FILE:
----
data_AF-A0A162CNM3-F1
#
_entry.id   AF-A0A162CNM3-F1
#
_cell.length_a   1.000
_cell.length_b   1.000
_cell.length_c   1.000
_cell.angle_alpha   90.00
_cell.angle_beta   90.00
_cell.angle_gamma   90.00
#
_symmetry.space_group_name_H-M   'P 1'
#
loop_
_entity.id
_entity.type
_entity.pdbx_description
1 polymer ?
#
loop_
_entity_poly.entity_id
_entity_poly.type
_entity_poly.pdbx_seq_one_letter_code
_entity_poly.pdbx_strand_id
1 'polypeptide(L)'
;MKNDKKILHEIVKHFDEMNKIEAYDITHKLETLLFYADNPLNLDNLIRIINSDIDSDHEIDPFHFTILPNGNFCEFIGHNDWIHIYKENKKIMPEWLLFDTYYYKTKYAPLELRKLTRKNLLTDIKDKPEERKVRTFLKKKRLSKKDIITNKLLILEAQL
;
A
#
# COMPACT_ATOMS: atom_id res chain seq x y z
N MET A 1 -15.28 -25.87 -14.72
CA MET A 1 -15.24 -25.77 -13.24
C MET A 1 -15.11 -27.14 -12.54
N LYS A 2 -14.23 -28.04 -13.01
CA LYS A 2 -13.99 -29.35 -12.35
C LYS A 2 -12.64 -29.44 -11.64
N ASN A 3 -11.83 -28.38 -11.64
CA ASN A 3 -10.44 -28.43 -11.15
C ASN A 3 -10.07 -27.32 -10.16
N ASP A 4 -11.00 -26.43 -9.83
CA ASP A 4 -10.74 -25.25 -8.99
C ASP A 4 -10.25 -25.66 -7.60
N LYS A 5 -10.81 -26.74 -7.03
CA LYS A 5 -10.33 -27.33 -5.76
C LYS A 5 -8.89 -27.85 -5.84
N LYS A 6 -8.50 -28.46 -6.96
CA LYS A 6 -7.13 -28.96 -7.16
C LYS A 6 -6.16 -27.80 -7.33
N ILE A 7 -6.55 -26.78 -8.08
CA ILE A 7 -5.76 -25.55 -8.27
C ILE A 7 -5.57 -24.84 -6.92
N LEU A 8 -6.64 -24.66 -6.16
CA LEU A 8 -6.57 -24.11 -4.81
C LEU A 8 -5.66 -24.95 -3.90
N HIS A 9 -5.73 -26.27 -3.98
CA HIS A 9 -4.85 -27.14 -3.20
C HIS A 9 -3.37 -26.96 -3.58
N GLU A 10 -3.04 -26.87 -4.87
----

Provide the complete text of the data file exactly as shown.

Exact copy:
data_AF-A0A162CNM3-F1
#
_entry.id   AF-A0A162CNM3-F1
#
_cell.length_a   1.000
_cell.length_b   1.000
_cell.length_c   1.000
_cell.angle_alpha   90.00
_cell.angle_beta   90.00
_cell.angle_gamma   90.00
#
_symmetry.space_group_name_H-M   'P 1'
#
loop_
_entity.id
_entity.type
_entity.pdbx_description
1 polymer ?
#
loop_
_entity_poly.entity_id
_entity_poly.type
_entity_poly.pdbx_seq_one_letter_code
_entity_poly.pdbx_strand_id
1 'polypeptide(L)'
;MKNDKKILHEIVKHFDEMNKIEAYDITHKLETLLFYADNPLNLDNLIRIINSDIDSDHEIDPFHFTILPNGNFCEFIGHNDWIHIYKENKKIMPEWLLFDTYYYKTKYAPLELRKLTRKNLLTDIKDKPEERKVRTFLKKKRLSKKDIITNKLLILEAQL
;
A
#
# COMPACT_ATOMS: atom_id res chain seq x y z
N MET A 1 -15.28 -25.87 -14.72
CA MET A 1 -15.24 -25.77 -13.24
C MET A 1 -15.11 -27.14 -12.54
N LYS A 2 -14.23 -28.04 -13.01
CA LYS A 2 -13.99 -29.35 -12.35
C LYS A 2 -12.64 -29.44 -11.64
N ASN A 3 -11.83 -28.38 -11.64
CA ASN A 3 -10.44 -28.43 -11.15
C ASN A 3 -10.07 -27.32 -10.16
N ASP A 4 -11.00 -26.43 -9.83
CA ASP A 4 -10.74 -25.25 -8.99
C ASP A 4 -10.25 -25.66 -7.60
N LYS A 5 -10.81 -26.74 -7.03
CA LYS A 5 -10.33 -27.33 -5.76
C LYS A 5 -8.89 -27.85 -5.84
N LYS A 6 -8.50 -28.46 -6.96
CA LYS A 6 -7.13 -28.96 -7.16
C LYS A 6 -6.16 -27.80 -7.33
N ILE A 7 -6.55 -26.78 -8.08
CA ILE A 7 -5.76 -25.55 -8.27
C ILE A 7 -5.57 -24.84 -6.92
N LEU A 8 -6.64 -24.66 -6.16
CA LEU A 8 -6.57 -24.11 -4.81
C LEU A 8 -5.66 -24.95 -3.90
N HIS A 9 -5.73 -26.27 -3.98
CA HIS A 9 -4.85 -27.14 -3.20
C HIS A 9 -3.37 -26.96 -3.58
N GLU A 10 -3.04 -26.87 -4.87